Date of Submission



Those who experienced Melbourne Sundays prior to the 1960s will recall a city remarkably devoid of commercial activity and public entertainment. The genesis of this situation lay in legislation in force during the 19th century. This was informed by the British protestant heritage reaching back to the 17th century and strongly supported by the puritanical stance of influential Melbournians. Yet for a brief time between 1892 and 1896 vast numbers of Melbourne's citizens enjoyed entertainments on Sundays held in theatres (hitherto closed by law on Sundays) and concert halls that embraced sacred and secular music. Emerging when the colony was in the throes of severe economic depression, these affordable entertainments provided relief from every-day uncertainties. For theatre managements financially strapped by the depression and operating in a colony where commercial public entertainment was banned on Sundays, such entertainments both offered a new opportunity as well as something of a challenge. This study reveals the nature of Sunday entertainments and reasons for their strong appeal. In so doing it reveals in particular the part played by the Wesley Pleasant Sunday Afternoon in legitimising and perpetuating these entertainments. Legal and other challenges faced by theatre managements in staging the entertainments are explored, along with their creative efforts to circumvent the current restrictive legislation. The study also investigates legal disputes arising from Sunday entertainments and the action of government, fuelled by the dogged persistence of Sabbatarian protagonists, in bringing about their demise thus restoring the traditional Sabbath.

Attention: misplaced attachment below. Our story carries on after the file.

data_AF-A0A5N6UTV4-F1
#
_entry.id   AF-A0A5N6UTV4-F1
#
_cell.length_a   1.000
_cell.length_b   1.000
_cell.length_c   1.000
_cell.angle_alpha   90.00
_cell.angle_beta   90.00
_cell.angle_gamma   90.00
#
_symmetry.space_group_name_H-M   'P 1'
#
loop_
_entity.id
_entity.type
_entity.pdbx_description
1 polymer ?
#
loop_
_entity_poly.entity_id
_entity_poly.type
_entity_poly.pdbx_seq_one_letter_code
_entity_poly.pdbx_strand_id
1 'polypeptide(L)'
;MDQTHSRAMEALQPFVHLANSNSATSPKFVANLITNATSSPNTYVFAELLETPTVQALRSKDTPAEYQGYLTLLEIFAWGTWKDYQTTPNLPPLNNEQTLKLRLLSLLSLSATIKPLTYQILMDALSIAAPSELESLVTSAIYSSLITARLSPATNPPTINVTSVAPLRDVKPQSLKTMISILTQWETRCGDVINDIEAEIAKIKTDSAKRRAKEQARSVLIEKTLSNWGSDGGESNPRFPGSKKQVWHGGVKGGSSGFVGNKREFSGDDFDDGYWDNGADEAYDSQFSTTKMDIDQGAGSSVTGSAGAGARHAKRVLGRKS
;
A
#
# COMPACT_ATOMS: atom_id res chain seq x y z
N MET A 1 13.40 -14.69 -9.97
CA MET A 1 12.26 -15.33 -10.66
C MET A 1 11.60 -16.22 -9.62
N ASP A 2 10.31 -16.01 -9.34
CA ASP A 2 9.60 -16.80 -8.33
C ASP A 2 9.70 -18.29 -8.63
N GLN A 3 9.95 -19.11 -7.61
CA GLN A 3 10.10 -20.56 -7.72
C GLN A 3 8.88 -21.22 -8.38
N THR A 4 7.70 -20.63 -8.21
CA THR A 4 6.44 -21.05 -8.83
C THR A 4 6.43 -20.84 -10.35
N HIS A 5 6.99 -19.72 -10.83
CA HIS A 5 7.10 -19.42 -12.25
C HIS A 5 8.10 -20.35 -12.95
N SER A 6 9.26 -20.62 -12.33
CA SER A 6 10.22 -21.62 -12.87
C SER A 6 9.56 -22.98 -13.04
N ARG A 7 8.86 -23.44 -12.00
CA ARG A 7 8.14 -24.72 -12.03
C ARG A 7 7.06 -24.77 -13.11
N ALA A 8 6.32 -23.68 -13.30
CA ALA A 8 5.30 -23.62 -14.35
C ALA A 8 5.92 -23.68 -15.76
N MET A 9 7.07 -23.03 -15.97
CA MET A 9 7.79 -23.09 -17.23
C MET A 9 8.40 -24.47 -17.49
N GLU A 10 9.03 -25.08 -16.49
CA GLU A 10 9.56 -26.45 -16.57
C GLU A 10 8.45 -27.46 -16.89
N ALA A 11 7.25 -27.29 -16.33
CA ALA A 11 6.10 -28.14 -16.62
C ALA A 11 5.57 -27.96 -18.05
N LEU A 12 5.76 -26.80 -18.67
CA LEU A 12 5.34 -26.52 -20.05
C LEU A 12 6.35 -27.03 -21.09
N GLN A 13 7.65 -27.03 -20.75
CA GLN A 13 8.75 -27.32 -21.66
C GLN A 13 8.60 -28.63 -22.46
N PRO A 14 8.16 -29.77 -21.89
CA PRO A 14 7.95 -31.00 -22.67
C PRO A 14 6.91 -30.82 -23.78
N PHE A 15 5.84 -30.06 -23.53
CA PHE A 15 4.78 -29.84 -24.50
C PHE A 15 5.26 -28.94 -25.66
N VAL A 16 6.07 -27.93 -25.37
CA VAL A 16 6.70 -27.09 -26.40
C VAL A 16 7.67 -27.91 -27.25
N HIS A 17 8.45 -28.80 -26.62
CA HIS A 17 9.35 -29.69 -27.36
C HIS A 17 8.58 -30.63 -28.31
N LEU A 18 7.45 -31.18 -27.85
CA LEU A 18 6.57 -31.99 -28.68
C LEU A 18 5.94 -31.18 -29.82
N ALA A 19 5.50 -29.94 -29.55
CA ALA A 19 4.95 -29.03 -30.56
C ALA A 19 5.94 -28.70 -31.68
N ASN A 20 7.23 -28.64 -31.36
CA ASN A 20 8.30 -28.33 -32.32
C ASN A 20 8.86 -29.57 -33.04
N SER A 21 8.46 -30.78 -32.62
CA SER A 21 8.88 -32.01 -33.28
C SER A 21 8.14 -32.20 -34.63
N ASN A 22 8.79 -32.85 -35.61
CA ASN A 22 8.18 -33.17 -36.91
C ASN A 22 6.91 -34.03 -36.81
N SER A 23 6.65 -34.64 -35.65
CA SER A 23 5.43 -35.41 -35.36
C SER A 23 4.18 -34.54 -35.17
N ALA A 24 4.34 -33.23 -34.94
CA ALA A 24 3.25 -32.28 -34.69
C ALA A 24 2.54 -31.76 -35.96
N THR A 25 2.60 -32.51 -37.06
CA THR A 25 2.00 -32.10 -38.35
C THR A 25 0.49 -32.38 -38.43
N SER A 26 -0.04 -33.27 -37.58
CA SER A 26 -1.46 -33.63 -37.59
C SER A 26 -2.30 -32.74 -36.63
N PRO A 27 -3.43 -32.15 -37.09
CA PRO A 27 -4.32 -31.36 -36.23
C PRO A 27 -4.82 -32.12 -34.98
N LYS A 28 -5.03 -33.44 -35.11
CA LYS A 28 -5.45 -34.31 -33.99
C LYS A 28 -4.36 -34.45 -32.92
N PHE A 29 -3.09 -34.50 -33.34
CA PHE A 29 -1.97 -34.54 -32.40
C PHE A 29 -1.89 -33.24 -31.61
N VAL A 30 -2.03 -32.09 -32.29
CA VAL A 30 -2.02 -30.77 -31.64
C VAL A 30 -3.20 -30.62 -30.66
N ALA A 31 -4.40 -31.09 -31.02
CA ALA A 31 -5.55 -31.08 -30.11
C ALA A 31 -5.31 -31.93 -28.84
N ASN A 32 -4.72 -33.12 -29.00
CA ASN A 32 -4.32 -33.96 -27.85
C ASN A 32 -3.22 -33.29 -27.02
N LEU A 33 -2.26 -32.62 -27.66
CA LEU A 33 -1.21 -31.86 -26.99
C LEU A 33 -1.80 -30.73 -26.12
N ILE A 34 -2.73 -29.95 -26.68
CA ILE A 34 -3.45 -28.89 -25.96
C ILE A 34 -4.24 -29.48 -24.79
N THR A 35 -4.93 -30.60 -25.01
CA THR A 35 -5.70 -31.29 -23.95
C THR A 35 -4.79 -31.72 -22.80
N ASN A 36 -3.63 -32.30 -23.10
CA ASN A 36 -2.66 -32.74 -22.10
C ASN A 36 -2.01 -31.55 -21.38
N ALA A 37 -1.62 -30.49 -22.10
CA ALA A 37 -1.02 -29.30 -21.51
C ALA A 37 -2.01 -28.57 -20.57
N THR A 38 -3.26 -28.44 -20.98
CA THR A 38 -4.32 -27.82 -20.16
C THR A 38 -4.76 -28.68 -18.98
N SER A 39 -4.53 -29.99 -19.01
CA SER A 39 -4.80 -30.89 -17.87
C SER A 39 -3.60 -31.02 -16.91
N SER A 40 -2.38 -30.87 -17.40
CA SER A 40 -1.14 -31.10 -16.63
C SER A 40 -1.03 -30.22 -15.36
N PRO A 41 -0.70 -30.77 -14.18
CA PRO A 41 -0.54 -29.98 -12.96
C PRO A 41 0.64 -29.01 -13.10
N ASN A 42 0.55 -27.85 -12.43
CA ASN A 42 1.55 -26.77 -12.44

School of Arts and Sciences

Document Type


Access Rights

Open Access


223 pages

Degree Name

Master of Philosophy (MPhil)


Faculty of Arts and Sciences